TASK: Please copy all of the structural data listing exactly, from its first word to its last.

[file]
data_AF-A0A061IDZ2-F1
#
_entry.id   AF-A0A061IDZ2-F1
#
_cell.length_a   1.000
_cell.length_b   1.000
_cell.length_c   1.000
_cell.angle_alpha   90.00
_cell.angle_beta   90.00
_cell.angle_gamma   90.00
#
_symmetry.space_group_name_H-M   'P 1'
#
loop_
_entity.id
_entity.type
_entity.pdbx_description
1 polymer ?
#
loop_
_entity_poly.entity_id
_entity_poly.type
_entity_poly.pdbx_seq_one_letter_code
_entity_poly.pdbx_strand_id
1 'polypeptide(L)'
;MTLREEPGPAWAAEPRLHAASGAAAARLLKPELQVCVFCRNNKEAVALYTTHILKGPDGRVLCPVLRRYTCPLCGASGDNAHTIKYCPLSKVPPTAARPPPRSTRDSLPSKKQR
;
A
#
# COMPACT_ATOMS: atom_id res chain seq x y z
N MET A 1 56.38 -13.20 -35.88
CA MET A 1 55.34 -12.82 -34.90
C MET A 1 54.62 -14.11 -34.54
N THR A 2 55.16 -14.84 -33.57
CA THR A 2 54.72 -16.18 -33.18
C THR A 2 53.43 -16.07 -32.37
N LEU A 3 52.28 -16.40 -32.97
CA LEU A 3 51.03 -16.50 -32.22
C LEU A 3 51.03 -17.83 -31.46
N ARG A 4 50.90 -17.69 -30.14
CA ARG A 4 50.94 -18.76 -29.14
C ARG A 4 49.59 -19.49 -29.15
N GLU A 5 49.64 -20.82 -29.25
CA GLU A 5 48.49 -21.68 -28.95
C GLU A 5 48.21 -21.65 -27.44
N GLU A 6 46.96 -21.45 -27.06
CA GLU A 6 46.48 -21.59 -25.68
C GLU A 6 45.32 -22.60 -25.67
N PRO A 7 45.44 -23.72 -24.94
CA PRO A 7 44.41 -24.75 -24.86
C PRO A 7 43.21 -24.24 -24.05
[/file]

data_AF-A0A061IDZ2-F1
#
_entry.id   AF-A0A061IDZ2-F1
#
_cell.length_a   1.000
_cell.length_b   1.000
_cell.length_c   1.000
_cell.angle_alpha   90.00
_cell.angle_beta   90.00
_cell.angle_gamma   90.00
#
_symmetry.space_group_name_H-M   'P 1'
#
loop_
_entity.id
_entity.type
_entity.pdbx_description
1 polymer ?
#
loop_
_entity_poly.entity_id
_entity_poly.type
_entity_poly.pdbx_seq_one_letter_code
_entity_poly.pdbx_strand_id
1 'polypeptide(L)'
;MTLREEPGPAWAAEPRLHAASGAAAARLLKPELQVCVFCRNNKEAVALYTTHILKGPDGRVLCPVLRRYTCPLCGASGDNAHTIKYCPLSKVPPTAARPPPRSTRDSLPSKKQR
;
A
#
# COMPACT_ATOMS: atom_id res chain seq x y z
N MET A 1 56.38 -13.20 -35.88
CA MET A 1 55.34 -12.82 -34.90
C MET A 1 54.62 -14.11 -34.54
N THR A 2 55.16 -14.84 -33.57
CA THR A 2 54.72 -16.18 -33.18
C THR A 2 53.43 -16.07 -32.37
N LEU A 3 52.28 -16.40 -32.97
CA LEU A 3 51.03 -16.50 -32.22
C LEU A 3 51.03 -17.83 -31.46
N ARG A 4 50.90 -17.69 -30.14
CA ARG A 4 50.94 -18.76 -29.14
C ARG A 4 49.59 -19.49 -29.15
N GLU A 5 49.64 -20.82 -29.25
CA GLU A 5 48.49 -21.68 -28.95
C GLU A 5 48.21 -21.65 -27.44
N GLU A 6 46.96 -21.45 -27.06
CA GLU A 6 46.48 -21.59 -25.68
C GLU A 6 45.32 -22.60 -25.67
N PRO A 7 45.44 -23.72 -24.94
CA PRO A 7 44.41 -24.75 -24.86
C PRO A 7 43.21 -24.24 -24.05